A good way to learn alot of quick realistic glazing techniques for Painter or Photoshop is to check out the Speed painting thread. Also Check out and in thier finished section is thier speed painting thread.

02 February 2006, 07:25 AM
you know if you took out the pillars, gave the painting a consistant light source, you would have the more realistic painting that you are looking for. im a novice too, but what i found helps me with the lighting is to use a gradient that goes from a light color to a dark color as the base layer, and then put my line art over it in a multiply layer. i can then use the burn and dodge tools to bring out highlights and shadows. Then you can insert another layer in the middle and use your brush on "color" setting to make it the colors that you want.

02 February 2006, 09:17 AM
My question is, are you painting still lifes along with these purely fictional scenes?

I mean, you wonder why it looks so cartoonish and unrealistic, but how would you know and understand how things look realistically when you haven't trained yourself to paint realistically?

I would avoid using photoshop tricks to establish any of the painting basics for now. Your goal is to become a better painter right? Then paint it, don't rely on tricks until you're good enough to use those tricks as efficiency boosts, not as crutches.

02 February 2006, 08:19 PM
I think the responders, while having good intentions, did not read my original post entirely.

I already said that I had taken zero classes when I did that painting, so your concerns about perspective and still life drawings shouldn't have been taken into effect - since I had literally zero instruction when I did that painting.

I don't know if you can tell, but it's an underground cave area, where there isn't a direct lightsource except perhaps the glow in the center of the painting itself.

I really wanted to know more about the actual matter of painting more than the drawing (which I realize isn't superior and off a bit perspective-wise) and why the look of it looks more like an animation cel than paint.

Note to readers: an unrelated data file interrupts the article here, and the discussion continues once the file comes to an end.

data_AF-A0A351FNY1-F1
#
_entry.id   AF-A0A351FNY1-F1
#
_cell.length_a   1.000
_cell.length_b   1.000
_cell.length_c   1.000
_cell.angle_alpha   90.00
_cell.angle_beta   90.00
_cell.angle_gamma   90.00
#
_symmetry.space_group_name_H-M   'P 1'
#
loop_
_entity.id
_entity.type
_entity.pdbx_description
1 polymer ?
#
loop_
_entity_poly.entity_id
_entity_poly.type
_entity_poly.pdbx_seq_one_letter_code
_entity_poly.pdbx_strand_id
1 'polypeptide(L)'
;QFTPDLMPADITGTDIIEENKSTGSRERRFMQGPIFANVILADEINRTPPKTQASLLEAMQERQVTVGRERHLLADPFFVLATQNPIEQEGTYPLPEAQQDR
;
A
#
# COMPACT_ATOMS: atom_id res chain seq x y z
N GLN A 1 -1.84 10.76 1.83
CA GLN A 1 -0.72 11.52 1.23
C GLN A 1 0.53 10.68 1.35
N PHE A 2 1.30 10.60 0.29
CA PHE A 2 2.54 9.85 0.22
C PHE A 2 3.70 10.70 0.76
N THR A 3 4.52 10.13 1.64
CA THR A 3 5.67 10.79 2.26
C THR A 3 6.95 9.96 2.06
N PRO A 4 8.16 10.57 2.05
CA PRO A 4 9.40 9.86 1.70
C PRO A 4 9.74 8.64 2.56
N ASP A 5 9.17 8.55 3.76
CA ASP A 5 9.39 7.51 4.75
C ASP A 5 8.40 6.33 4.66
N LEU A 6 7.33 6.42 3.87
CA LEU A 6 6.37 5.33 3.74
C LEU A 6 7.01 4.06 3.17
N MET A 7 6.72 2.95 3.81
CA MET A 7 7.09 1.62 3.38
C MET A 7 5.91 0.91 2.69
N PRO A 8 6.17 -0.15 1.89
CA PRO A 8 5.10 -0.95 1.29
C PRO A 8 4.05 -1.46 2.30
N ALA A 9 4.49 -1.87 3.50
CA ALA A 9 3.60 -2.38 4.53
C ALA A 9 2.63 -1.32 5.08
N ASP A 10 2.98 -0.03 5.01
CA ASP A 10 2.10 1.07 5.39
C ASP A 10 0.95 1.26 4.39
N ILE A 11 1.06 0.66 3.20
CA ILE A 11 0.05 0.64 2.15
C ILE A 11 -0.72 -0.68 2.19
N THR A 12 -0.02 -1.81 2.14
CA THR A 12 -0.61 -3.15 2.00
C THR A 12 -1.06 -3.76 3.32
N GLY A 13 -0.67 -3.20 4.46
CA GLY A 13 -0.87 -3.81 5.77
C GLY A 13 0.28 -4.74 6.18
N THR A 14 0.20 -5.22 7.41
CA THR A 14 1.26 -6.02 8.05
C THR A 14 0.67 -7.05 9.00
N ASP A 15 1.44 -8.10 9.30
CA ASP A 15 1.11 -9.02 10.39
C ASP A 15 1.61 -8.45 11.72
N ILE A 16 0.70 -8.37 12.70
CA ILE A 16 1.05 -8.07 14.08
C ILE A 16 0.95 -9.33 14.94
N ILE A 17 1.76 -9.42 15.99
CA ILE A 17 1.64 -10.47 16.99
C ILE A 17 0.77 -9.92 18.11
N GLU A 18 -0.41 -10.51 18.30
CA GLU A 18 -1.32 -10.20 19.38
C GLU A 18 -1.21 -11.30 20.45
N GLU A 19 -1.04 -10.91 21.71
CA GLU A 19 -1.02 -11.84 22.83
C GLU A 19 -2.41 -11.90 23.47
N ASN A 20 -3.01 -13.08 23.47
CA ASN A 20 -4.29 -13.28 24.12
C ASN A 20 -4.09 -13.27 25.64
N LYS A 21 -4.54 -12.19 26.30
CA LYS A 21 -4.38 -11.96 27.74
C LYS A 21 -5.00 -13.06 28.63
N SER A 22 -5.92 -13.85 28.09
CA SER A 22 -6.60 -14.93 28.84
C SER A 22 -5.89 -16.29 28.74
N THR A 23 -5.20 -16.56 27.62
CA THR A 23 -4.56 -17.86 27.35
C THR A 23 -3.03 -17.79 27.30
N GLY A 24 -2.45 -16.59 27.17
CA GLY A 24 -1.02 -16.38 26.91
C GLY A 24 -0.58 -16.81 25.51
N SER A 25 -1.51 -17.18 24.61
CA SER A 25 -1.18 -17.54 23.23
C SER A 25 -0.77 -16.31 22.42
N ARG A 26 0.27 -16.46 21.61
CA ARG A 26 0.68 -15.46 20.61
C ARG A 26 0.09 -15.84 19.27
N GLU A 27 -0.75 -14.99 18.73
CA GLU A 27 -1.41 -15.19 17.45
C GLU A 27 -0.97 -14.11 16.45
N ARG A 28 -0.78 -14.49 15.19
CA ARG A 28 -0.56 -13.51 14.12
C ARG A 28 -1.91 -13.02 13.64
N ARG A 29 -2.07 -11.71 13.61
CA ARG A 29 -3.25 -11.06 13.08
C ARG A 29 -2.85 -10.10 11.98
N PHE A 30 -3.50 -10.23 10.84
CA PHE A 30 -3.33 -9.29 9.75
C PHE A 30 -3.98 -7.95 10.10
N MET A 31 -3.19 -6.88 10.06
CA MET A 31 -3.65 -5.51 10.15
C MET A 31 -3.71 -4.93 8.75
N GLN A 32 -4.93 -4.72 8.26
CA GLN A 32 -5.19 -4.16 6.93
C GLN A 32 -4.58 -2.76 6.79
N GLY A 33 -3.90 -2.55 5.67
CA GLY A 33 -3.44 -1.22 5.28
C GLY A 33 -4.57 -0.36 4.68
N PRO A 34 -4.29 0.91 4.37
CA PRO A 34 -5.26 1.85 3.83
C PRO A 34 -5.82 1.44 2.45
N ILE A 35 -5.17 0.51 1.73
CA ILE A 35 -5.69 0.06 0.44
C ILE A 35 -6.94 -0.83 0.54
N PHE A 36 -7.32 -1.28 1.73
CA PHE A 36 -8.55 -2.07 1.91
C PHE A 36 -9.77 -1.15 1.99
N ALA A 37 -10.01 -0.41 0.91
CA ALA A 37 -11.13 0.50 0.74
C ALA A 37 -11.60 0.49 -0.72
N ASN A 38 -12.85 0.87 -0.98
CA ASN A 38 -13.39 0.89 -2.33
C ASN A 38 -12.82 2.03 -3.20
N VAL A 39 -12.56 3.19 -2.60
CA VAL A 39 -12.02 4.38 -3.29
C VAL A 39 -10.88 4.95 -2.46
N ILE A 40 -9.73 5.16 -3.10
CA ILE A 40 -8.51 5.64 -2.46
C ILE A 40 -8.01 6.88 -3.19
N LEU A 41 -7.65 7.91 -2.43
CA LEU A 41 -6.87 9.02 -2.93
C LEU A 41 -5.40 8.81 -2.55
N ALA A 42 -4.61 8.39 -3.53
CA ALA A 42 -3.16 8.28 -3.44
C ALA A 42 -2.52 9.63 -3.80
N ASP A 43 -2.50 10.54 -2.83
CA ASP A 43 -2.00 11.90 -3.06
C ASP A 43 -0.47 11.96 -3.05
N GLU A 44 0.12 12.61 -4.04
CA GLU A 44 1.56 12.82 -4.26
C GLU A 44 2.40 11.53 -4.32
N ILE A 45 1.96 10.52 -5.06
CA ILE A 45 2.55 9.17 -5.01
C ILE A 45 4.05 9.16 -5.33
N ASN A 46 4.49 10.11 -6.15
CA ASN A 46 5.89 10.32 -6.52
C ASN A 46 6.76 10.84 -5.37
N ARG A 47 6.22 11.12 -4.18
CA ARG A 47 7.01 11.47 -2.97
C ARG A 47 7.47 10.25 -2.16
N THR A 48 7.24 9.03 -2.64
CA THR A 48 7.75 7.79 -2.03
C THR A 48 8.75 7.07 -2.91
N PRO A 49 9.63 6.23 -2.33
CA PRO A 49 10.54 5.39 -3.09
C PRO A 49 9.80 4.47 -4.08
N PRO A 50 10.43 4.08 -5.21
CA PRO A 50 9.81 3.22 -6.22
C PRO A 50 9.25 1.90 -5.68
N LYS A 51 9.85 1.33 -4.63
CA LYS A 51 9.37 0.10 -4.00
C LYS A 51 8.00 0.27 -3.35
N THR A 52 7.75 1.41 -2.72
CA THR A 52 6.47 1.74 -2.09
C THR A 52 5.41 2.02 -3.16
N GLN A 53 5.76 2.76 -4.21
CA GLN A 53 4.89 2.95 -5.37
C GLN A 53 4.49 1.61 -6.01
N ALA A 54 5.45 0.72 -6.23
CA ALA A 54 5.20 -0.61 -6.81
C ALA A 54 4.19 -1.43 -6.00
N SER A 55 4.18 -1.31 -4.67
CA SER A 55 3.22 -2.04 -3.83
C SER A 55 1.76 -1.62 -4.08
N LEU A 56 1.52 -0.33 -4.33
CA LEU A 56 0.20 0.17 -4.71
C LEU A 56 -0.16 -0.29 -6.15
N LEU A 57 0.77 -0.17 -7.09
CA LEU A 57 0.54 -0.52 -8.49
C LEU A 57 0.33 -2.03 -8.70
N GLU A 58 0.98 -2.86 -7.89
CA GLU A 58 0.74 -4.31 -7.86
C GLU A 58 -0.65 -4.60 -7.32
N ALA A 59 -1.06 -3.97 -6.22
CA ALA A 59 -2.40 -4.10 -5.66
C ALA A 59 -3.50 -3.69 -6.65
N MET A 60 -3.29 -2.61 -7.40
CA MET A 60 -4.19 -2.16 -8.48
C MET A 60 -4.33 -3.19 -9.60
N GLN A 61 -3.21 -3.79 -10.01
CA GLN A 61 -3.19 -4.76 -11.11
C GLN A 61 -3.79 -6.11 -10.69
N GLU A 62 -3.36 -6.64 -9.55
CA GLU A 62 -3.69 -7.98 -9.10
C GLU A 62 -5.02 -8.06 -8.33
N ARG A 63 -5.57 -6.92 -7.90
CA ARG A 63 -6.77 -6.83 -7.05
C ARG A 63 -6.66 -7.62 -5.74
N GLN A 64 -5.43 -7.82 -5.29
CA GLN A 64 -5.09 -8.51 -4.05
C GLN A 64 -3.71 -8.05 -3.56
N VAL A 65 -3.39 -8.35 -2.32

When I did that, I was completely flying blind, without an ounce of training in anyway. Doesn't that count for anything? I spose not :(

Since then (November/December) I am taking a Drawing 101 class at the local college (started in Jan) -- but I am still curious about digital painting. No classes for that.

Oh and, I believe dodge and burn tools are for photo manips only - and should never be used in paintings at all. It isn't really using color properly. <-- just my opinion.

02 February 2006, 09:47 PM
Your opinion on dodge and burn is a good one at this stage if your training. It's best to paint shading it by hand so that you learn how to pick and choose colors, using warmer and cooler shades where appropriate. Later on when you do this for a living you can use dodge and burn all you like to speed up work.

The main reason why it looks so much like a cartoon drawing is your use of pure neutral black. If you look in nature, pure black is extremely rare. Pure black is the complete abscence of light, which only happens in a completely sealed room. The next problem is your propensity to use outlines, such as the stone outlines and those cracks. That's actually a common thing for beginning artists. As above, there are no such thing as outlines in real life. A line in real life is where two shapes meet on the vision plane and seen only because those two shapes have different properties that set them apart.